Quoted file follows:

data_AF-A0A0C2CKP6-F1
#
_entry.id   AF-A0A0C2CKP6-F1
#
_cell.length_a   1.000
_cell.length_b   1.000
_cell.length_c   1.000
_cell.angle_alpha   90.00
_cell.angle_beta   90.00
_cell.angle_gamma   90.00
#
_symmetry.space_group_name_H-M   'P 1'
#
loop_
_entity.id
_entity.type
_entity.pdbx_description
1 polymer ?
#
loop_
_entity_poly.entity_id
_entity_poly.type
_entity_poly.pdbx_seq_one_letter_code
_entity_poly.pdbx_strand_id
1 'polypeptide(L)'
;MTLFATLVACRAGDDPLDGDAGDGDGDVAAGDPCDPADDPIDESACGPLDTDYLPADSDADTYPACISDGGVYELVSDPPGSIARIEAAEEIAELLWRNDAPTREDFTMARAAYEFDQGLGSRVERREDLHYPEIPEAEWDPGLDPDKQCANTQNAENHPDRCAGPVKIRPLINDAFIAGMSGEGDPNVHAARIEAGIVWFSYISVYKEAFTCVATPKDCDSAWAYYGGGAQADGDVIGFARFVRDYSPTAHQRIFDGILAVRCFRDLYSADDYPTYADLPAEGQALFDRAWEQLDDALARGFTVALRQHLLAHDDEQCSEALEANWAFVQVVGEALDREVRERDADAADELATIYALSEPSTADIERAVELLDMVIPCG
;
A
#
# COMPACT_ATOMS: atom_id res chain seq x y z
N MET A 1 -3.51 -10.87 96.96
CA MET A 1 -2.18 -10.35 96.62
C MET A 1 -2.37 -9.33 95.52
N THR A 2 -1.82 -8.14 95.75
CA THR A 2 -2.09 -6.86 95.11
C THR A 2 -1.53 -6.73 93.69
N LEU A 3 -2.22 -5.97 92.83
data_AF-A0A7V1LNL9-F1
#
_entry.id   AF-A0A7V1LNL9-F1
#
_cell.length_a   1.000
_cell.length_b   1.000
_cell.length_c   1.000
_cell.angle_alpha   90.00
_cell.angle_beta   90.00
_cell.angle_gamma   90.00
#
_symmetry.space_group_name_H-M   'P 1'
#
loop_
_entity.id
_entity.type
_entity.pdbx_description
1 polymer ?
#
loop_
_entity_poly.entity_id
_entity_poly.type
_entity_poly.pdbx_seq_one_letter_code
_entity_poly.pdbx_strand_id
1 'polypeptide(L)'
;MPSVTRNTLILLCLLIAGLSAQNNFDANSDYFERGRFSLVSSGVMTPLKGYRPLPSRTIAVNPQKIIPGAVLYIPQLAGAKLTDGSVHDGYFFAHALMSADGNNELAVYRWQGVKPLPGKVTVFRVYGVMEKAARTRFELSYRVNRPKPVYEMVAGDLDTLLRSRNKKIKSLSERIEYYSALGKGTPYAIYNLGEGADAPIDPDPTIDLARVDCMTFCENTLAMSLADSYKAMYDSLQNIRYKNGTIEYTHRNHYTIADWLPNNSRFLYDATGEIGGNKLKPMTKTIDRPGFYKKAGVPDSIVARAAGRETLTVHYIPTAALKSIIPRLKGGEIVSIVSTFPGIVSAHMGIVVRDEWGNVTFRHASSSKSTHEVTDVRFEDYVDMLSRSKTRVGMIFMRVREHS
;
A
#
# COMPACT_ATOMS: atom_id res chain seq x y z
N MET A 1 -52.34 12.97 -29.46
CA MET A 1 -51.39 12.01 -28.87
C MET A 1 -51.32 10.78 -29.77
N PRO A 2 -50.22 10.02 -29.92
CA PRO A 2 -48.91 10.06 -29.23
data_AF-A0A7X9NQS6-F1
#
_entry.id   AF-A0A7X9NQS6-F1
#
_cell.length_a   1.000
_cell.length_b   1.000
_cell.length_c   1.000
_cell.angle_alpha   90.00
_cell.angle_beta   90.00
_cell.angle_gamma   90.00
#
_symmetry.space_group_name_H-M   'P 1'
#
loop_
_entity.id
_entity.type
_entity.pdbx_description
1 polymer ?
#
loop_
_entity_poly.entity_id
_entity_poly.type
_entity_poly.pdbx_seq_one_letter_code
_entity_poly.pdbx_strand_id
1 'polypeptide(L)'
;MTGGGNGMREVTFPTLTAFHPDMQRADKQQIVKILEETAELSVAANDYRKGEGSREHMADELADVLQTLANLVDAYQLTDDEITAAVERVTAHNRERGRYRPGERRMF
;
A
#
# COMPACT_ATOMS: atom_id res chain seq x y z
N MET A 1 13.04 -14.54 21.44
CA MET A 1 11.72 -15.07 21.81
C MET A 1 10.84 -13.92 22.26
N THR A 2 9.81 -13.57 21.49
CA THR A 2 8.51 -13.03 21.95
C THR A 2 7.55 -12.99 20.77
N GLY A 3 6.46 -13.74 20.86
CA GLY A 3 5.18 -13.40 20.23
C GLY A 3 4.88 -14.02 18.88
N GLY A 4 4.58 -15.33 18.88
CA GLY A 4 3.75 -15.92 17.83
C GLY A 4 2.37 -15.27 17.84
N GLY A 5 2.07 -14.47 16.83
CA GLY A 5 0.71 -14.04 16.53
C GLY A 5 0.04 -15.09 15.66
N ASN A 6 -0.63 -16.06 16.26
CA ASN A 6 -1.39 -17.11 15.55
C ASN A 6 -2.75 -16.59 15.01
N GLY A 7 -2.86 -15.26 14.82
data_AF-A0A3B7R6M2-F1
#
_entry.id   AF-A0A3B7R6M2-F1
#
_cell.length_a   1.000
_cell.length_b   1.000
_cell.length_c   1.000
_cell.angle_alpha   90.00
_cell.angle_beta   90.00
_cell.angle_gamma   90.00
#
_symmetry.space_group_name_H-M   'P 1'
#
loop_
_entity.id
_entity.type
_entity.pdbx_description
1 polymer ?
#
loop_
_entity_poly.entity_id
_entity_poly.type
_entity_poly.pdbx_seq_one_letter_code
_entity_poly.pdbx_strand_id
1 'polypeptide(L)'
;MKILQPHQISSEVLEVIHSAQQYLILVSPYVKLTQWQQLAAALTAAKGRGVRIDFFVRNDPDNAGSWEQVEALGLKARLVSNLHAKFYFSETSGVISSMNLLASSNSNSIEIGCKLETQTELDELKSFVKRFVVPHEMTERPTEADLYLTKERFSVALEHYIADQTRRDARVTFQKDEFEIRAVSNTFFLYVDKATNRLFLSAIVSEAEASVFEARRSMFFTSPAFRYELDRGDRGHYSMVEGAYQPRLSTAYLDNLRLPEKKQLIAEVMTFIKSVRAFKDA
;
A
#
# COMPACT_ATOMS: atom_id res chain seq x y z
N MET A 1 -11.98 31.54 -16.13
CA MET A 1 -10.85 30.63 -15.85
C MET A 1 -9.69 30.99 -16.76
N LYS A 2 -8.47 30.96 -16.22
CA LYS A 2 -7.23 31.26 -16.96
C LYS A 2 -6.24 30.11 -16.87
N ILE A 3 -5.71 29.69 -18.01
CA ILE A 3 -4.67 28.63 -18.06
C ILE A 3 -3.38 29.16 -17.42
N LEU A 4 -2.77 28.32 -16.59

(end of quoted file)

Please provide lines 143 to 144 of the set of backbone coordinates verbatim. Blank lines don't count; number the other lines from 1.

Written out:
_entity_poly.type
_entity_poly.pdbx_seq_one_letter_code